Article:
Great things are not accomplished by those who yield to trends and fads and popular opinion.— Charles Kuralt
The most attractive Charles Kuralt quotes that will be huge advantage for your personal development
The love of family and the admiration of friends is much more important than wealth and privilege.
It was cold out there, bitter, biting, cutting, piercing, hyperborean, marmoreal cold, and there were all these Minnesotans running around outdoors, happy as lambs in the spring.
The everyday kindness of the back roads more than makes up for the acts of greed in the headlines.
It does no harm just once in a while to acknowledge that the whole country isn't in flames, that there are people in the country besides politicians, entertainers, and criminals.
...Pomeranians speak only to Poodles and Poodles speak only to God.
Often I have been exhausted on trout streams, uncomfortable, wet, cold, briar scarred, sunburned, mosquito bitten, but never, with a fly rod in my hand have I been less than in a place that was less than beautiful.
The sparrows are preparing for winter, each one dressed in a plain brown coat and singing a cheerful song.
I started out thinking of America as highways and state lines.
As I got to know it better, I began to think of it as rivers.
You can't travel the back roads very long without discovering a multitude of gentle people doing good for others with no expectation of gain or recognition. The everyday kindness of the back roads more than makes up for the acts of greed in the headlines. Some people out there spend their whole lives selflessly.
I had a tight stomach all the time. I actually developed ulcers. I've learned better than to put all that internal pressure on myself.
It is liberalism, whether people like it or not, which has animated all the years of my life. What on Earth did conservatism ever accomplish for our country?
Rivers run through our history and folklore, and link us as a people.
They nourish and refresh us and provide a home for dazzling varieties of fish and wildlife and trees and plants of every sort. We are a nation rich in rivers.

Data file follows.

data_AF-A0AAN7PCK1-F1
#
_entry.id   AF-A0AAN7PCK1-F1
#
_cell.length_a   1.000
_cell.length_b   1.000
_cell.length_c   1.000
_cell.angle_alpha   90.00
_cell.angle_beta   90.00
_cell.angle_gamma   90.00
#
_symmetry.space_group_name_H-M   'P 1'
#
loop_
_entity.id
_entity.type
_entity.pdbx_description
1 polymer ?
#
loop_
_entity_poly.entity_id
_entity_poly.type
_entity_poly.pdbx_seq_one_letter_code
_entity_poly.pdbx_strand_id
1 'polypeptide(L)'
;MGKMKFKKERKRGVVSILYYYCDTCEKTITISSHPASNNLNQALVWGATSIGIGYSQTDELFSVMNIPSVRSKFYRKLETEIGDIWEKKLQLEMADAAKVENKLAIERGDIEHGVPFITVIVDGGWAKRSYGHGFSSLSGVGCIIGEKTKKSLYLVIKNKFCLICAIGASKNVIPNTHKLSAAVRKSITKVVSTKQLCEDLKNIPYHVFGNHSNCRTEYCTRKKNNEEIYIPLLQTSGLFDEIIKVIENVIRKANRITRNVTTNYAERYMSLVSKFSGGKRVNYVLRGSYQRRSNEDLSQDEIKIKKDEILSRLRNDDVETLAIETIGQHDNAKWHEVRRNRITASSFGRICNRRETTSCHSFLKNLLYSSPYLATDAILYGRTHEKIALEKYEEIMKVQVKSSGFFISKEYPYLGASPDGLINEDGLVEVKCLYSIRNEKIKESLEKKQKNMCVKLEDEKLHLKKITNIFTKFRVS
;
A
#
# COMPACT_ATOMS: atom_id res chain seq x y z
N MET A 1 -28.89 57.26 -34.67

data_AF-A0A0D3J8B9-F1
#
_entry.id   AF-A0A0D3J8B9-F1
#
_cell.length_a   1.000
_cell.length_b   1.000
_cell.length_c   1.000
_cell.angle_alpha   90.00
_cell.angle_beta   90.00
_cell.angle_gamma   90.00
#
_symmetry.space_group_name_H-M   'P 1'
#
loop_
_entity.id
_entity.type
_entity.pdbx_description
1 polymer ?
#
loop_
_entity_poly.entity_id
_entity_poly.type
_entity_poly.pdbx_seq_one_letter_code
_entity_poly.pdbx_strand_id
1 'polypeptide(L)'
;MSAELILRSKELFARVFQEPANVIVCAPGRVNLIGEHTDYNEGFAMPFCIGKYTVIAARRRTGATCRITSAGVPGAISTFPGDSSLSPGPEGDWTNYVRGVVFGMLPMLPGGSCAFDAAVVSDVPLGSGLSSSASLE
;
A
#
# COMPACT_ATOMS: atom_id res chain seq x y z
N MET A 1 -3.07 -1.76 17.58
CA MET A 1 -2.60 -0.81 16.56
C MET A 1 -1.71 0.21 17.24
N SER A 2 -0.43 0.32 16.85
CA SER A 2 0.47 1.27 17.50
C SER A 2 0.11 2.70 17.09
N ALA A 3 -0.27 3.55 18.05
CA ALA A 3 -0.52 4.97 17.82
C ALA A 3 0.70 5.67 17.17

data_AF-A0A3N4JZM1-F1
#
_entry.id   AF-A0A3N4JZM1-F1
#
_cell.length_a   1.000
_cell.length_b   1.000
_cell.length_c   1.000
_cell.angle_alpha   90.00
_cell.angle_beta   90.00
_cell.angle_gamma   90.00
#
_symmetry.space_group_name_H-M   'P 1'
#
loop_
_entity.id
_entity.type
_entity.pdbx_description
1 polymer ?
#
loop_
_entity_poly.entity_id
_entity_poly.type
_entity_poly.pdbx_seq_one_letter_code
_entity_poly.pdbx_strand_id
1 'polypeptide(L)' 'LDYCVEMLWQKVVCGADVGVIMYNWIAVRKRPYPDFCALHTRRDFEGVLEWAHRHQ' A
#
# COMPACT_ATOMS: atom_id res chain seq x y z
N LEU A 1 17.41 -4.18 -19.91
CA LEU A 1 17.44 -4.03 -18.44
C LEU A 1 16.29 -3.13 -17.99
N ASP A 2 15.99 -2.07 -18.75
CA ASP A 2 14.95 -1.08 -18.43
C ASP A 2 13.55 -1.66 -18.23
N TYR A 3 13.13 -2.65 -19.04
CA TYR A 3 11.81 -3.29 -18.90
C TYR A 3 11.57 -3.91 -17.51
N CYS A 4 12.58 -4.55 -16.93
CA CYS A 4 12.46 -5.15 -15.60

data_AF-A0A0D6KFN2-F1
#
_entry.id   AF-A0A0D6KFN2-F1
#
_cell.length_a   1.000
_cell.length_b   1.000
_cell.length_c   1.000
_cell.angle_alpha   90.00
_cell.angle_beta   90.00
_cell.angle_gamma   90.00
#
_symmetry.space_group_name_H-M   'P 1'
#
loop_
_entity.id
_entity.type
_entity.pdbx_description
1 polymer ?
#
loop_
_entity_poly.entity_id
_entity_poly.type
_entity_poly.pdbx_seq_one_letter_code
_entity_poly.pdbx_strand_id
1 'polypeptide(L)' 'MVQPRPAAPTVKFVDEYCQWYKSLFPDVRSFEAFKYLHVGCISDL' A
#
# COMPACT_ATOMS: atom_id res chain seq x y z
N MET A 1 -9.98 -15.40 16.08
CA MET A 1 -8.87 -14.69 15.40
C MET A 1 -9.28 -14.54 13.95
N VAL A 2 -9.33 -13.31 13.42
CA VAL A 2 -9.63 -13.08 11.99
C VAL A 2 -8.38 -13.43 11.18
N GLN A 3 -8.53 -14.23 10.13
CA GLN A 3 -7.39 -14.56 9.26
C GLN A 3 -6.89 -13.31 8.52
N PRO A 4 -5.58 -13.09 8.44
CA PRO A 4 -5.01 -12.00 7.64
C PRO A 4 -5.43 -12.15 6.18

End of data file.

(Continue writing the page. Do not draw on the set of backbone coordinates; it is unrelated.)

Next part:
The storytelling tradition that you bring from the South, I don't know where it arose, but it's still there. You can't go to the feed store, or the country courthouse without running into storytellers.
What I learned on the road. Above all else - to love my native land.
Rivers run through our history and folklore, and link us as a people.
... We are a nation rich in rivers.
You can find your way across this country using burger joints the way a navigator uses stars.
If there are bleachers in heaven and a warm sun, that's where you'll find Bill Veeck.
It takes an earthquake to remind us that we walk on the crust of an unfinished planet.
I did stories about unexpected encounters, back roads, small towns and ordinary folk, sometimes doing something a little extraordinary.
The first books I was interested in were all about baseball.
But I can't think of one single book that changed my life in any way.
Thanks to the interstate highway system, it is now possible to travel across the country from coast to coast without seeing anything.
The Mississippi River carries the mud of thirty states and two provinces 2,000 miles south to the delta and deposits 500 million tons of it there every year. The business of the Mississippi, which it will accomplish in time, is methodically to transport all of Illinois to the Gulf of Mexico.
I much preferred the peaceful life on the road, where I didn't have to ask embarrassing questions and do all the things real reporters have to do.
To read the papers and to listen to the news.